No. 4D04-3288.

904 So.2d 658 (2005)

Robert A. PIUNNO and April Piunno, Appellants, v. R.F. CONCRETE CONSTRUCTION, INC., Appellee.

District Court of Appeal of Florida, Fourth District.

June 29, 2005.

Attorney(s) appearing for the Case

Pamela Beckham of Beckham & Beckham, P.A., North Miami Beach, for appellant.

Janis Brustares Keyser of Billing, Cochran, Heath, Lyles, Mauro & Anderson, P.A., West Palm Beach, for appellee.

DAMOORGIAN, DORIAN K., Associate Judge.

This appeal follows the trial court's dismissal with prejudice of the negligence complaint filed by Robert Piunno ("Piunno")1 for fraud on the court. We affirm because the record before us supports the trial court's finding by clear and convincing evidence that Piunno made seven misrepresentations regarding his prior injuries and litigation history, and filed a false affidavit intended to obfuscate the truth and hamper the defendant's ability to defend. Taylor v. Martell, 893 So.2d 645 (Fla. 4th DCA 2005); Ruiz v. Orlando, 859 So.2d 574 (Fla. 5th DCA 2003).

Piunno filed a negligence claim against R.F. Concrete Construction, Inc., ("RF") arising out of a work related injury to his hip and knee. After conducting discovery, RF filed a motion to dismiss for fraud on the trial court. The motion set forth evidence that Piunno made a number of misrepresentations regarding his past medical and litigation histories calculated to hide the truth concerning his prior hip injuries and existing medical problems.

In Arzuman v. Saud, 843 So.2d 950, 952 (Fla. 4th DCA 2003), we held that "[t]he trial court has the inherent authority, within the exercise of sound judicial discretion, to dismiss an action when a plaintiff has perpetrated a fraud on the court." "When reviewing a case for fraud, the court should `consider the proper mix of factors' and carefully balance a policy favoring adjudication on the merits with competing policies to maintain the integrity of the judicial system." Arzuman, 843 So.2d at 952 (quoting Aoude v. Mobil Oil Corp., 892 F.2d 1115, 1117-18 (1st Cir.1989)); Taylor, 893 So.2d at 646.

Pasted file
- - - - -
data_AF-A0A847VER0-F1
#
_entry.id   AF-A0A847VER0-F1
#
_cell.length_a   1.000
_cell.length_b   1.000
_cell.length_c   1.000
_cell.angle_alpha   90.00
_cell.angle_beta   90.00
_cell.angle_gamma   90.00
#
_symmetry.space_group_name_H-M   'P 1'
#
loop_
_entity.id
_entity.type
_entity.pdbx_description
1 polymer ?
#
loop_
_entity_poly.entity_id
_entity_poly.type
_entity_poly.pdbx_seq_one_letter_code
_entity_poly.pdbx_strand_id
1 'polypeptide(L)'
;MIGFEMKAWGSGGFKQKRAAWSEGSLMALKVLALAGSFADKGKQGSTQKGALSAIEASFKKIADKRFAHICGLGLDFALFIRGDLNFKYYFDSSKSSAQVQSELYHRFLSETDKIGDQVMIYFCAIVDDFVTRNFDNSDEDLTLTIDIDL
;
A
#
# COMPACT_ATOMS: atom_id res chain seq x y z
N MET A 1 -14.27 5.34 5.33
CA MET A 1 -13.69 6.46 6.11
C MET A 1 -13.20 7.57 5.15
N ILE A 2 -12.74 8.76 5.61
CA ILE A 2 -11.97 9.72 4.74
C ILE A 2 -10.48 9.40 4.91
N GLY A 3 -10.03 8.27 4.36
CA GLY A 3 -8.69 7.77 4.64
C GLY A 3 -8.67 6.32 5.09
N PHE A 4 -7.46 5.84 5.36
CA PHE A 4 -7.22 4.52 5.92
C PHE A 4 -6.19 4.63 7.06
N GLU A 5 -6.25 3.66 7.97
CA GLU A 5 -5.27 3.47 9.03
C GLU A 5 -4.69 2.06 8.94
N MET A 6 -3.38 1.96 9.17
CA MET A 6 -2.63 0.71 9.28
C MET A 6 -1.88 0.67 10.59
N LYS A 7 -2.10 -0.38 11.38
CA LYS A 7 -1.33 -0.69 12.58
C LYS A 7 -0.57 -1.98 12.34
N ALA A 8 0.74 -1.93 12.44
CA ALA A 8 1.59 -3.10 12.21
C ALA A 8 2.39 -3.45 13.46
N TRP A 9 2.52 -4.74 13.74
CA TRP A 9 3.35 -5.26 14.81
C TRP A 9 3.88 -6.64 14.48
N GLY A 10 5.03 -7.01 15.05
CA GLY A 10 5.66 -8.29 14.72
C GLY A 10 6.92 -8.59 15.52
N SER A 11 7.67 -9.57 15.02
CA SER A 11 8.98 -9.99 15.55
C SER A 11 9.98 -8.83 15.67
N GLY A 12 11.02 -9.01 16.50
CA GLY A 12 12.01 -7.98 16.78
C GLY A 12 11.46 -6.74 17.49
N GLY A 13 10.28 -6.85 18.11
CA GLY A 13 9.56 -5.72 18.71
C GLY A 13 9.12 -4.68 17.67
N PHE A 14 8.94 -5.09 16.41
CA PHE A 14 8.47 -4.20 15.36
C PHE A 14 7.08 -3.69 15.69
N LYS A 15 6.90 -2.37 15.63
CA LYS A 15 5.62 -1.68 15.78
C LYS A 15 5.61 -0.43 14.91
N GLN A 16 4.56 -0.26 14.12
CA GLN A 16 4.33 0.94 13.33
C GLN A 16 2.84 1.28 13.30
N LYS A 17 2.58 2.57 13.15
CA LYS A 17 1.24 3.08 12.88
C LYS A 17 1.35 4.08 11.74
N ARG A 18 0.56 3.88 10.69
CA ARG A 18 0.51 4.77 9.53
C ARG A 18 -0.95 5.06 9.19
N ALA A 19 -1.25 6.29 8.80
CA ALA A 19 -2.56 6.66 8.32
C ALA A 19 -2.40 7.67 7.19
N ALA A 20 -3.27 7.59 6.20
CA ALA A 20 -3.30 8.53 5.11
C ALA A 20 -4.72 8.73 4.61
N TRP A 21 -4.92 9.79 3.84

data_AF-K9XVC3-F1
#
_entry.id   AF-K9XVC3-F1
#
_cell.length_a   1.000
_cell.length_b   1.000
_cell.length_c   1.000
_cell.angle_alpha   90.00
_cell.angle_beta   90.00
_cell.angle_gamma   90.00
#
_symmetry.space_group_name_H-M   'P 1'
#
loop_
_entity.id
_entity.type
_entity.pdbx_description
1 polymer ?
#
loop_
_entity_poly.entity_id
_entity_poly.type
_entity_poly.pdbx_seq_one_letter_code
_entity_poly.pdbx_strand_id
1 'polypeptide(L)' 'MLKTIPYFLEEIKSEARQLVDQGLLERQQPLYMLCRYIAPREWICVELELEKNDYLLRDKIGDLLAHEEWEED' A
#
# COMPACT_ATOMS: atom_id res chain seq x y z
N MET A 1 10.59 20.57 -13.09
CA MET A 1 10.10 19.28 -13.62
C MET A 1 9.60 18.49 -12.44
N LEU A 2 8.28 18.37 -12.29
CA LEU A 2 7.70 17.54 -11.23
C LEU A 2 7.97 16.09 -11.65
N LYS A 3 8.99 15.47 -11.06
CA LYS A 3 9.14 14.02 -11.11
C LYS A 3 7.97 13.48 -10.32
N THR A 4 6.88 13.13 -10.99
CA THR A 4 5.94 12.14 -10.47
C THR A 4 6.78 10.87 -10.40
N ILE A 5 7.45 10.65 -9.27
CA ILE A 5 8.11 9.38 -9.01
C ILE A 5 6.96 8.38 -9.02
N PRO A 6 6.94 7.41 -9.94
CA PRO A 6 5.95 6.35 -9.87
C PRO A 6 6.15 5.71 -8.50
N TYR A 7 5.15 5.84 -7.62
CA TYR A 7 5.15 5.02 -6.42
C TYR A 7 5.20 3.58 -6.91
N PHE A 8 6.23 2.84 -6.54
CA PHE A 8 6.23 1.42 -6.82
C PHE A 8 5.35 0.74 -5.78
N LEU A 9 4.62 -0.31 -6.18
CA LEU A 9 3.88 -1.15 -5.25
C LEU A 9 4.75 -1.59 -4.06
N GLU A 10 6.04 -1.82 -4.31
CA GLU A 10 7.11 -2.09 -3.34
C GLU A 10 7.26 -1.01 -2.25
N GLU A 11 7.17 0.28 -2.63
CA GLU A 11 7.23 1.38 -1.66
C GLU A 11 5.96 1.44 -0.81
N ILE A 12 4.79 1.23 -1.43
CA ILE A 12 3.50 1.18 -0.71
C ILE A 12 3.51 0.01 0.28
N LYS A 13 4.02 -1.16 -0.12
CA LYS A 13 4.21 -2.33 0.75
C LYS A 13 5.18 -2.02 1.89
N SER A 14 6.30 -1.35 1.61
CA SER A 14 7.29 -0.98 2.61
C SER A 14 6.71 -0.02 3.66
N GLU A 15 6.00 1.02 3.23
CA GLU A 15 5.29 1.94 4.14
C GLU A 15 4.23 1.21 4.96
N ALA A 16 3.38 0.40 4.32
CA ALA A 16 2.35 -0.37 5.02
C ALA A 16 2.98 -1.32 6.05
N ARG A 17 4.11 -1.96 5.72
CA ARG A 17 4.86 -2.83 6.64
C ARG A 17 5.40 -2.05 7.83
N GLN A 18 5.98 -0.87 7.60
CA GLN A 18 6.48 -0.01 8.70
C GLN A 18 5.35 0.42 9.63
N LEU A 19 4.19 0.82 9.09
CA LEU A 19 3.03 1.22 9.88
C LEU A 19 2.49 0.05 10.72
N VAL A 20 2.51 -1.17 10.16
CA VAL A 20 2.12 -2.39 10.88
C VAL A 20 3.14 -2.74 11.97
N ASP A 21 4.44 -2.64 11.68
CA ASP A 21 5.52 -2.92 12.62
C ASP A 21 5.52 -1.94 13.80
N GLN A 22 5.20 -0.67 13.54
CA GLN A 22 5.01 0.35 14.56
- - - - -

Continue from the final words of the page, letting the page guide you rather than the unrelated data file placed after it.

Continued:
In the instant case, the trial court concluded that Piunno made numerous misrepresentations, considered the circumstances under which the misrepresentations were made, and determined that the misrepresentations were relevant to the ultimate issues in the case. Next, the trial court found by clear and convincing evidence that Piunno intentionally set in motion a calculated scheme to unfairly hamper the opposing party's defense. Finally, it is apparent from the order of dismissal that the trial judge went to great lengths to balance the policy favoring adjudication on the merits with the need to maintain the integrity of the judicial system before concluding that dismissal was appropriate under the circumstances.

It is worth noting that the trial court's written order contains a thoughtful discussion of the facts and a well-reasoned conclusion, clearly showing the court balanced the equities. See Ham v. Dunmire, 891 So.2d 492 (Fla.2004) ("Express findings are required to ensure that the trial judge has consciously determined that the failure was more than a mistake, neglect, or inadvertence, and to assist the reviewing court to the extent the record is susceptible to more than one interpretation."). On the record before us, we find no abuse of the trial court's discretion by the imposition of the ultimate sanction of dismissal with prejudice.

STONE and MAY JJ., concur.


1. The complaint included a count for loss of consortium by April Piunno.


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